If at all possible, use a credit card when shopping online. While debit cards may offer some protection against fraudulent purchases, credit cards have better protections and won’t take any money directly from your bank balance. Also, keep an eye on both your debit and credit card accounts to make sure that no unauthorized purchases have been made on them. Many of these services can be set up to send you a notification every time the account is used. While the notifications may be a bit annoying, they can go a long way in preventing fraud on your accounts.

    Even if you’re just buying gift cards for the family this year, there are still hazards to look out for. If you get a gift card where the PIN has already been exposed, it may have already been bought by a scammer. Sometimes scammers will put the card back on the shelf, hoping that someone will add additional funds to the card. Then the scammer could use the funds on the card without your knowledge. Another variation of this scam is when a scammer will scratch the protective coating off the card’s PIN, then replace it with a sticker after writing down the number.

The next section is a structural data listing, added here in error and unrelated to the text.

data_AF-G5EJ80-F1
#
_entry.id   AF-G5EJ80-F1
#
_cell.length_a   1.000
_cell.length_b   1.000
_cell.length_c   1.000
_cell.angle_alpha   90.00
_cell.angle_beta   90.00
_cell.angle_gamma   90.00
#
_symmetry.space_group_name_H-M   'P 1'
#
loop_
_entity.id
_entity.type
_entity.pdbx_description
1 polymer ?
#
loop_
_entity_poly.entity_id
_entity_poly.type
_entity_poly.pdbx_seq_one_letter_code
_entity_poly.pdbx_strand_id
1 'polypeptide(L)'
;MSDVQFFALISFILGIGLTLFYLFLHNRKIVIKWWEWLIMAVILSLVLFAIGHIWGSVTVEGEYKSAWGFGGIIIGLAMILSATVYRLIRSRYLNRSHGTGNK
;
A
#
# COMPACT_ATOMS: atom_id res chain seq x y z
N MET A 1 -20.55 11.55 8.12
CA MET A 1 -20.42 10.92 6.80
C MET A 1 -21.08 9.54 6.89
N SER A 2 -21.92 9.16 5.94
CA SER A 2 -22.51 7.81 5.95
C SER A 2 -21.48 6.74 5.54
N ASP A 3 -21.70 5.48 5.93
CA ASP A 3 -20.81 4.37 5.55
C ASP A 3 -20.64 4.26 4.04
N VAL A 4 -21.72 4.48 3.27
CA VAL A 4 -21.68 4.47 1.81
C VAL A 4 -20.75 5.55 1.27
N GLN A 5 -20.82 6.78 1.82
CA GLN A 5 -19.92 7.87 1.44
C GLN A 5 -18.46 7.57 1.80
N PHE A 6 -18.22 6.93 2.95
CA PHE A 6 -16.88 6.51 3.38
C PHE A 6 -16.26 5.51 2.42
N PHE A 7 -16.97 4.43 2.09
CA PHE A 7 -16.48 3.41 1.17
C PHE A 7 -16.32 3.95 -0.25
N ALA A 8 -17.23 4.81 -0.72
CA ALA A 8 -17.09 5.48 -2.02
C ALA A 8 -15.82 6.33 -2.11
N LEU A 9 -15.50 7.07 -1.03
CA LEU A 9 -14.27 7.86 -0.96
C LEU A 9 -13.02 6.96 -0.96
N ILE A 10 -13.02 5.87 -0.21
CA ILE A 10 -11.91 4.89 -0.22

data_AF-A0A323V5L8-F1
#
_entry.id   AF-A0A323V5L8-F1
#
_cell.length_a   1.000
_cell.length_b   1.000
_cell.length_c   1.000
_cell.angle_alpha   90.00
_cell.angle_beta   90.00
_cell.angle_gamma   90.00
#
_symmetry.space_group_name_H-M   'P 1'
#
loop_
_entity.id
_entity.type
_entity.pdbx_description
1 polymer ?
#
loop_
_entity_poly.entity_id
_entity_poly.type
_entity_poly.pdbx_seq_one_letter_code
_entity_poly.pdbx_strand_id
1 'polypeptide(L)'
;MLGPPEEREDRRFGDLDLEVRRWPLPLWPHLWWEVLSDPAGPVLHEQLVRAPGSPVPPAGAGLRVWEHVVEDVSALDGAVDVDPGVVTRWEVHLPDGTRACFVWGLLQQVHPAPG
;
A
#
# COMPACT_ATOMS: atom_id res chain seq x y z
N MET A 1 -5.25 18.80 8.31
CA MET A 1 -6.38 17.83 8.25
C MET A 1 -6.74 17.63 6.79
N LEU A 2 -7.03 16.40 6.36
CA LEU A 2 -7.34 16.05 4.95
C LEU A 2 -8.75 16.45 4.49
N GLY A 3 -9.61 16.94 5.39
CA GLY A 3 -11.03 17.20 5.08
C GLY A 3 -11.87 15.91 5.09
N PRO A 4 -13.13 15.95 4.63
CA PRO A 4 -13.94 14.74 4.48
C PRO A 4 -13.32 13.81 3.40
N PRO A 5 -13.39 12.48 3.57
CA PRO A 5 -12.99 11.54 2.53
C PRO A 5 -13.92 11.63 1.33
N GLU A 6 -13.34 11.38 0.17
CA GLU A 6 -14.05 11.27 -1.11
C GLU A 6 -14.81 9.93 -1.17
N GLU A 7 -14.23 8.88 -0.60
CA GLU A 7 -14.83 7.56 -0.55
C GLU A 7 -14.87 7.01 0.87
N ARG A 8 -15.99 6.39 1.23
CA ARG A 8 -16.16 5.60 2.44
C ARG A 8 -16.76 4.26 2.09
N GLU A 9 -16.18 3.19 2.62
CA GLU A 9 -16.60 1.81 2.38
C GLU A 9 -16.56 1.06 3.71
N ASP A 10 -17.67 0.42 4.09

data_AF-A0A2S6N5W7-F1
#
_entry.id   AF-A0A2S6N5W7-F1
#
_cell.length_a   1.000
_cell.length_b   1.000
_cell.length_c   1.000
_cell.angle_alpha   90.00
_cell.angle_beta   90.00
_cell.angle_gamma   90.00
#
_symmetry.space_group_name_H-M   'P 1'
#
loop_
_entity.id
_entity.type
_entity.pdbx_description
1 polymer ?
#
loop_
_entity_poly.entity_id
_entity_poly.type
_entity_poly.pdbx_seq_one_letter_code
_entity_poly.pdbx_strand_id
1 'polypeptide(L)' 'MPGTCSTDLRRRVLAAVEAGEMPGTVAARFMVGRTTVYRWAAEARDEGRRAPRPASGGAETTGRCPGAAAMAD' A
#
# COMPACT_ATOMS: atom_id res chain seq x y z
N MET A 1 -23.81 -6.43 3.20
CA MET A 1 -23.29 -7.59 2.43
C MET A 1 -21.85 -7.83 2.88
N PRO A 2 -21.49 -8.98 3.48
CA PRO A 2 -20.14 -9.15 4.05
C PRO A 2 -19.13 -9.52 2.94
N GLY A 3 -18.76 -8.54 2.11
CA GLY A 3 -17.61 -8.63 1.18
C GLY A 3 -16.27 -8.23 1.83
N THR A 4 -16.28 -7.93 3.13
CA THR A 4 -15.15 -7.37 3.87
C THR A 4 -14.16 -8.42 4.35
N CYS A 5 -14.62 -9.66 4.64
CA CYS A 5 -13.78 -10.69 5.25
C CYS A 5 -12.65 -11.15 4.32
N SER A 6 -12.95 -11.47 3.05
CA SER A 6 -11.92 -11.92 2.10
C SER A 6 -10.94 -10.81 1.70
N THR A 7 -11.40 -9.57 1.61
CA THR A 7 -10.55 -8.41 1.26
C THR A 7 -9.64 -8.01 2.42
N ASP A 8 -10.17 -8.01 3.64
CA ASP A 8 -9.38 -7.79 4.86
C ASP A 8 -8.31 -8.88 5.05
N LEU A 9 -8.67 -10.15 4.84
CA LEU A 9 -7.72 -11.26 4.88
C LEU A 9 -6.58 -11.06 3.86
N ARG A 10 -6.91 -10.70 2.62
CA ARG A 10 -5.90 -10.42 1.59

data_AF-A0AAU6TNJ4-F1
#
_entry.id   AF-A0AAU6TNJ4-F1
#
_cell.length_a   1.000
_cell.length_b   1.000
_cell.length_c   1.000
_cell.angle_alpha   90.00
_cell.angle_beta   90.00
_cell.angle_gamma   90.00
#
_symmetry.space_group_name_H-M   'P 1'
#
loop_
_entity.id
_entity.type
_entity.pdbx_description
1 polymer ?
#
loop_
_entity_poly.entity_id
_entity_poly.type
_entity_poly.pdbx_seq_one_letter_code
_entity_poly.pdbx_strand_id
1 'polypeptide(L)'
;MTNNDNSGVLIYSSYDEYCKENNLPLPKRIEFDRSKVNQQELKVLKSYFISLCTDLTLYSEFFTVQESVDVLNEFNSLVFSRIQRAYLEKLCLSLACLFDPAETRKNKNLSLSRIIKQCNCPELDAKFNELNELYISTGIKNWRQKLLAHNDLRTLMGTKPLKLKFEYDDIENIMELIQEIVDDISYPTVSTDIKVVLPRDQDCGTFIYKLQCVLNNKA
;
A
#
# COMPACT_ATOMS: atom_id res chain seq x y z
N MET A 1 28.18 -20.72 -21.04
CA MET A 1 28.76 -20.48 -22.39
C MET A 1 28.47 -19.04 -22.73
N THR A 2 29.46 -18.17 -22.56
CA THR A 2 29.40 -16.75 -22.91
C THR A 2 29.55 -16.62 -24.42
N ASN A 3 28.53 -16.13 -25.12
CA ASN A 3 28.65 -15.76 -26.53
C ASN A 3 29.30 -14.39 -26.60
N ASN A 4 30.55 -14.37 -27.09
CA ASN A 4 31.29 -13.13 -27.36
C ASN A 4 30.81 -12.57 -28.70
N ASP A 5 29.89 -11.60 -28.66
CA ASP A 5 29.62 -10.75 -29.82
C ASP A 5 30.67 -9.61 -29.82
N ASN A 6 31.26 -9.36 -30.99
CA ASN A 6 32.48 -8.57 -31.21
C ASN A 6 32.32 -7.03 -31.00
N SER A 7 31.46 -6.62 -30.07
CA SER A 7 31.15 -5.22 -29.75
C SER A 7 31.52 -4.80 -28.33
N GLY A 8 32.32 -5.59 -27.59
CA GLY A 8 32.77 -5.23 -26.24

We hope these tips help you shop smarter and safer this holiday season.

     
  • Geebo 9:00 am on December 10, 2020 Permalink | Reply
    Tags: , holiday shopping, , , ,   

    Puppy scams are wrecking the holidays 

    Puppy scams are wrecking the holidays

    Before we get to the heart of the matter, please don’t buy a pet for someone as a surprise gift. Any pet is a responsibility that should be taken seriously and not done as a whim.

    Now it seems between COVID and the upcoming holidays, puppy scams are becoming more and more common. The most typical puppy scam is when you buy a puppy online and the supposed breeder keeps hitting you with fees and expenses. Often the scammers will say they need extra money for insurance, shipping, or a special crate that the puppy needs. Other times, they’ll ask for extra money for supposed problems that have come up in shipping or supposed medical needs for the puppy. Then not only is the puppy never delivered, but it also doesn’t even exist. Recently, there seems to be a rash of these kinds of scams. We’ve seen reports from people who have lost $300 to someone who lost $9000.